woman working on phone while marmot watches
While companies have been quick to deliver mobile experiences to their customers, many still lag in providing their employees the same PHOTO: Olympic National Park

Businesses have realized the benefits of providing customers with a mobile interface for products and services, but many still haven't extended those advantages to their employees.  

According to a survey conducted by The Economist Intelligence Unit (pdf), respondents who identified their organization as a “pioneer” in its use of mobile technology scored 16 percent higher for productivity than respondents who described their organization’s use of mobile technology as “bad.” 

Further, the pioneers also reported 23 percent higher employee satisfaction and 21 percent higher loyalty. 

By enabling a mobile workforce with mobile apps to improve workflow, businesses can increase employees’ productivity and help alleviate frustration. Those that miss the mobile opportunity for their workforce may find themselves left behind in the wave of digital transformation. Here’s why.

Mobile-First Benefits for Employees

Employees are becoming more accustomed to using their personal mobile devices for everyday tasks. As of October 2016, global internet usage on smartphones and tablets exceeded that of  desktop computers. 

Employees and businesses both benefit when companies adopt a mobile-first approach that allows employees to work with a device they are already familiar with. The value of mobile is especially clear with field employees. Mobile apps can streamline field operations by more easily communicating site locations, scheduling employees and the resources they need, and providing relevant and timely customer information, giving them the ability to resolve customer issues more efficiently.

Speeding the Time to Resolution

One particularly powerful example of the impact of today’s mobile-enabled workforce was evidenced during extreme storm conditions in Europe in 2015, which resulted in widespread infrastructure damage and disruption of rail services. Field engineers needed a way to more quickly and accurately report incidences so that repairs could be prioritized and the correct maintenance teams dispatched to the right location with the necessary equipment. 

A simple forms-based mobile app was created and deployed to field maintenance workers within two days. The app allowed them to capture images and information regarding the status of damage and to prioritize the most urgent incidences that needed quick resolution. Integration of the mobile app with back-end workforce management systems meant teams could be scheduled and dispatched immediately, helping to get rail services operational and people on the move again.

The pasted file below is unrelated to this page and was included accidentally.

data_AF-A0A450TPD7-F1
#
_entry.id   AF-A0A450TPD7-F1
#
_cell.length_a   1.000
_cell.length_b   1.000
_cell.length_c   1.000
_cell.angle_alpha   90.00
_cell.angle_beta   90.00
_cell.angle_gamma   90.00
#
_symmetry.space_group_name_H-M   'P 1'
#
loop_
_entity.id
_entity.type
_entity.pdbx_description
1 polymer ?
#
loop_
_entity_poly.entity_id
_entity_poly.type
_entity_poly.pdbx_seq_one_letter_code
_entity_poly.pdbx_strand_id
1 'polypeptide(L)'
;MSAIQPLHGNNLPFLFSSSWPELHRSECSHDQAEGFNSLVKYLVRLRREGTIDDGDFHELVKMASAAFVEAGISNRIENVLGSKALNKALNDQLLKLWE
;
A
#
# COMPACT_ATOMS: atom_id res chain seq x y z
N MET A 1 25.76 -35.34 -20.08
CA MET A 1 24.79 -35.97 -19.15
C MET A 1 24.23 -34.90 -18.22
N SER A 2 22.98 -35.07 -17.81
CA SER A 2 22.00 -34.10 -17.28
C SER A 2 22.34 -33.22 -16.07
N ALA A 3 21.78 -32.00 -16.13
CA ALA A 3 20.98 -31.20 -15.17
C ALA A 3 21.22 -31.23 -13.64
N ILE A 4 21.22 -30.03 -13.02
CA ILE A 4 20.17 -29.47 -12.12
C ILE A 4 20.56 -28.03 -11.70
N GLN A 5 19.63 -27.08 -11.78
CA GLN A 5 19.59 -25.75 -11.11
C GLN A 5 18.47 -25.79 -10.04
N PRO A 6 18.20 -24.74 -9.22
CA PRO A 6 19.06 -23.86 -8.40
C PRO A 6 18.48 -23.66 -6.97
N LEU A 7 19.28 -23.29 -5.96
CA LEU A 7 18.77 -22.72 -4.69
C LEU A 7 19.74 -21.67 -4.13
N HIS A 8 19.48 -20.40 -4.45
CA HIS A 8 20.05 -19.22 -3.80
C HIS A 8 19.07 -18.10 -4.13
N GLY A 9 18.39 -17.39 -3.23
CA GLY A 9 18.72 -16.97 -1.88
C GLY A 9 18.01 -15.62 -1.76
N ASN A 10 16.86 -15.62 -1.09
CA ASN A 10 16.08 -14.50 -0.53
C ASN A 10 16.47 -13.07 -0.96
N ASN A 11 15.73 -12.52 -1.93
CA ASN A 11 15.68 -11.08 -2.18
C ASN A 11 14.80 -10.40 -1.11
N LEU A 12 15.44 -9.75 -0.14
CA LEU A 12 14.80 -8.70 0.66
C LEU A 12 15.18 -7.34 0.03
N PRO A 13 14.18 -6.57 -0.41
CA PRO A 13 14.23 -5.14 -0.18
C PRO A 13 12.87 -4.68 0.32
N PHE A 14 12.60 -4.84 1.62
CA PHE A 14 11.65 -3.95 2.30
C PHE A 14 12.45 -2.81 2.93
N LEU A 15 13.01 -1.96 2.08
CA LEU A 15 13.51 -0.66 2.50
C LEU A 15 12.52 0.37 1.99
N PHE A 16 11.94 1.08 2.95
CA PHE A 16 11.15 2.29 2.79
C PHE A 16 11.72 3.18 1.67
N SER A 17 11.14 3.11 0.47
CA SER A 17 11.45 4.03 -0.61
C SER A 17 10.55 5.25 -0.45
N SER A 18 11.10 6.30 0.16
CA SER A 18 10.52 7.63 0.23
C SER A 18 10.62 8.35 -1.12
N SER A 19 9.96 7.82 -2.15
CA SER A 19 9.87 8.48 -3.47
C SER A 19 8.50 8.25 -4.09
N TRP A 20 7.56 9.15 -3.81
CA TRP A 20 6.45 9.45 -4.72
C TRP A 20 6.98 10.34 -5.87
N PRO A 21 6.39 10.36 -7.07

Not All Apps are Created Equal

Simply handing an employee a mobile phone with publicly-available apps won't necessarily make their job easier. If the device does not provide useful information, is not able to connect to back-end systems efficiently or help make digital reporting easier, it will likely cause frustration and prove less helpful than pen and paper.

An ideal mobile app should enable employees to do their job more efficiently, and with greater security. To do so, the mobile app should integrate with back-end systems as efficiently as possible, bringing relevant information to the device in a timely, secure and user-friendly manner. There should be a simple user interface and easier connection to update data. 

An ideal first step in delivering such an app is to start small and identify a clear task that can benefit from mobile, such as eliminating a paper-based process. This can help employees become familiar with the mobile app and provide feedback to work out any kinks before moving on to more advanced app projects. 

Some of the most helpful mobile apps are low on complexity but deliver high impact, more easily integrating into an employee’s workflow.

Success at the Hands of a Cross-Functional Team 

IT departments traditionally "own" mobile app strategies, but this is expected to change in the coming years. To get more from mobile apps, a team effort is required across IT and lines of business (LOB) to help ensure proper communications of business objectives. 

A Mobile Center of Excellence (MCoE) — a collaborative team spanning lines of business, IT and end users — can ensure IT understands the users' needs and the business's goals. MCoEs can help cut down on redundant processes and drive greater development efficiencies across multiple mobile projects. Having a central team who understands the business strategy, the mobile objectives and can set guidelines for mobile policy, security and development technologies produces clear benefits.

In the digital era, competitive advantage can rely on speed and agility. Mobility can help employees get more work done faster and lead to greater employee satisfaction — as long as employees are provided an app that can truly benefit their work.